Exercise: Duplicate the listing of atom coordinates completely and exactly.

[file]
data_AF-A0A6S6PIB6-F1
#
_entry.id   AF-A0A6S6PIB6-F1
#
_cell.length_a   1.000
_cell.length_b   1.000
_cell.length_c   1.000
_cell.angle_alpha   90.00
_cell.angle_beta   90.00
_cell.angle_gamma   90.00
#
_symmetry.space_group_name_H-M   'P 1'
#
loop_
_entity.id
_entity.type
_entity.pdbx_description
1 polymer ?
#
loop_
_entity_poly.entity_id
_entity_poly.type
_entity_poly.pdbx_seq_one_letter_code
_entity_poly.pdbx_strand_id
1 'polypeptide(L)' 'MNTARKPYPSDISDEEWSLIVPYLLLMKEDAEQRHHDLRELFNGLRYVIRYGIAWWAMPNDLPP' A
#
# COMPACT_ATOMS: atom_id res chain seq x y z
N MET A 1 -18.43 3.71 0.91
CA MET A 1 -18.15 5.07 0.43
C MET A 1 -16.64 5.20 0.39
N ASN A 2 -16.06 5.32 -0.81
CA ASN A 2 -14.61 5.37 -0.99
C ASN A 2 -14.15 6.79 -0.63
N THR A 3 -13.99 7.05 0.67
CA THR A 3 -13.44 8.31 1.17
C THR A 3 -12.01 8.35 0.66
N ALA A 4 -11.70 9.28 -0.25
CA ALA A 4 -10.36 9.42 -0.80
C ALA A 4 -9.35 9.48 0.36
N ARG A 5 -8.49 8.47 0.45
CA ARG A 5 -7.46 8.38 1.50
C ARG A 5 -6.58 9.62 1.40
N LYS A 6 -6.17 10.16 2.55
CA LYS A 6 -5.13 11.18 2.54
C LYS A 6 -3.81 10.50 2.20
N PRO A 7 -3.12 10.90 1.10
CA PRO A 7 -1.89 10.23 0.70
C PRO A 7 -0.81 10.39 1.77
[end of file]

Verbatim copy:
data_AF-A0A6S6PIB6-F1
#
_entry.id   AF-A0A6S6PIB6-F1
#
_cell.length_a   1.000
_cell.length_b   1.000
_cell.length_c   1.000
_cell.angle_alpha   90.00
_cell.angle_beta   90.00
_cell.angle_gamma   90.00
#
_symmetry.space_group_name_H-M   'P 1'
#
loop_
_entity.id
_entity.type
_entity.pdbx_description
1 polymer ?
#
loop_
_entity_poly.entity_id
_entity_poly.type
_entity_poly.pdbx_seq_one_letter_code
_entity_poly.pdbx_strand_id
1 'polypeptide(L)' 'MNTARKPYPSDISDEEWSLIVPYLLLMKEDAEQRHHDLRELFNGLRYVIRYGIAWWAMPNDLPP' A
#
# COMPACT_ATOMS: atom_id res chain seq x y z
N MET A 1 -18.43 3.71 0.91
CA MET A 1 -18.15 5.07 0.43
C MET A 1 -16.64 5.20 0.39
N ASN A 2 -16.06 5.32 -0.81
CA ASN A 2 -14.61 5.37 -0.99
C ASN A 2 -14.15 6.79 -0.63
N THR A 3 -13.99 7.05 0.67
CA THR A 3 -13.44 8.31 1.17
C THR A 3 -12.01 8.35 0.66
N ALA A 4 -11.70 9.28 -0.25
CA ALA A 4 -10.36 9.42 -0.80
C ALA A 4 -9.35 9.48 0.36
N ARG A 5 -8.49 8.47 0.45
CA ARG A 5 -7.46 8.38 1.50
C ARG A 5 -6.58 9.62 1.40
N LYS A 6 -6.17 10.16 2.55
CA LYS A 6 -5.13 11.18 2.54
C LYS A 6 -3.81 10.50 2.20
N PRO A 7 -3.12 10.90 1.10
CA PRO A 7 -1.89 10.23 0.70
C PRO A 7 -0.81 10.39 1.77